Back in 1994, Chris Clark registered the domain name “pizza.com”, hoping that he might land consulting work with a pizza company. This was the year when Mozilla/Netscape, the first web browser, was released, unleashing the commercialization of the Internet.
He has now sold the name…….for $2.6 million.
Are these domain names worth that kind of money? Maybe. But if you run a Google search for “pizza”, the first result is Pizza Hut, obviously because the company paid for a high placement. More likely, consumers will search for “pizza” in a specific area, looking for someplace to buy pizza.
Your practice has a name, of course. Many are known by their business name, which was developed with the consumer in mind. Others have very formal corporate names, or are a list of the names of the partners, much like a law firm. Many times, patients only know the name of their physician, and wouldn’t know the practice’s formal name unless prompted – and even then.
You can have a formal name for corporate purposes, and a “doing business as”, or “DBA” name that is used for the public. The latter is the one that needs to be easily remembered, and around which a “brand” can be built. The other test is whether the URL is available that will fit the DBA name. This is getting to be more difficult as companies grab domain names, and people register names with the explicit intent of selling the name for a substantial profit (the pizza.com story is highly unusual).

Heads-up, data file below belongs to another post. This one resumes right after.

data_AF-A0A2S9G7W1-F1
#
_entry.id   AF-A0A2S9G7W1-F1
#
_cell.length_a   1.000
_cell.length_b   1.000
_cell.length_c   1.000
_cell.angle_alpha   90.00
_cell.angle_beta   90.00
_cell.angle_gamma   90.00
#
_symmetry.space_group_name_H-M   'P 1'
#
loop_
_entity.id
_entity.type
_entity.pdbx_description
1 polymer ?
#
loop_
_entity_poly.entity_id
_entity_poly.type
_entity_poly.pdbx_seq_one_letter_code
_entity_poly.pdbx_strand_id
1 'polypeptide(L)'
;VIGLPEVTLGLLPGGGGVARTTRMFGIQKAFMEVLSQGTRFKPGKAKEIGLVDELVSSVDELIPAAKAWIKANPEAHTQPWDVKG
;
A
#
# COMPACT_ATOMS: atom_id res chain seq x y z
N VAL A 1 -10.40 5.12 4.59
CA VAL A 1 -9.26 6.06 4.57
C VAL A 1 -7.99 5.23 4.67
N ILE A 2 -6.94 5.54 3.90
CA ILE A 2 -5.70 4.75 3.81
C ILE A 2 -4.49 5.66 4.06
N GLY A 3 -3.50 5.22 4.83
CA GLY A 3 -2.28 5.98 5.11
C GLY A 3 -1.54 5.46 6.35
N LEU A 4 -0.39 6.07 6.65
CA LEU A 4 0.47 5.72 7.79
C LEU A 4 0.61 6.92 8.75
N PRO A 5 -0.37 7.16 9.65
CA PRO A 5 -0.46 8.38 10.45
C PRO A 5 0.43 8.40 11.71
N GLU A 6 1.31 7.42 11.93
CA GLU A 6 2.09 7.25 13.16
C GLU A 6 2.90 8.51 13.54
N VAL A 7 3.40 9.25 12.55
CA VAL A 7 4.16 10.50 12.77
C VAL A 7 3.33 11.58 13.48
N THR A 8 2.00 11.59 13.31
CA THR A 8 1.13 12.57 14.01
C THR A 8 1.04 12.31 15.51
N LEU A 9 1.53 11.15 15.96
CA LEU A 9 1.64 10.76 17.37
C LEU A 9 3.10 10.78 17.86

As part of the work of a marketing consultant, naming can be a service offered. At the very least, ask for your staff for advice, and even patients (offer a prize – a restaurant gift certificate, for example). Names should generally be short, or have a “short” name. It should be easy to remember, easy to pronounce and easy to spell. It should not sound overly formal or technical.
Try it out – does it sound right? Can a consumer understand what you do? Do you have to spell it out? Can people pronounce it? Is a closely related domain available as “.com”? Try a Google search and see what the results are – will you be found? Or will you need to pay for a higher search ranking (there is an art to search engine optimization, or SEO, but that’s a much longer story). You also need to avoid existing trademarks, and your attorney can handle registering your selected name.
So your name won’t be worth $2.6 million, but a good name is an asset in building your practice.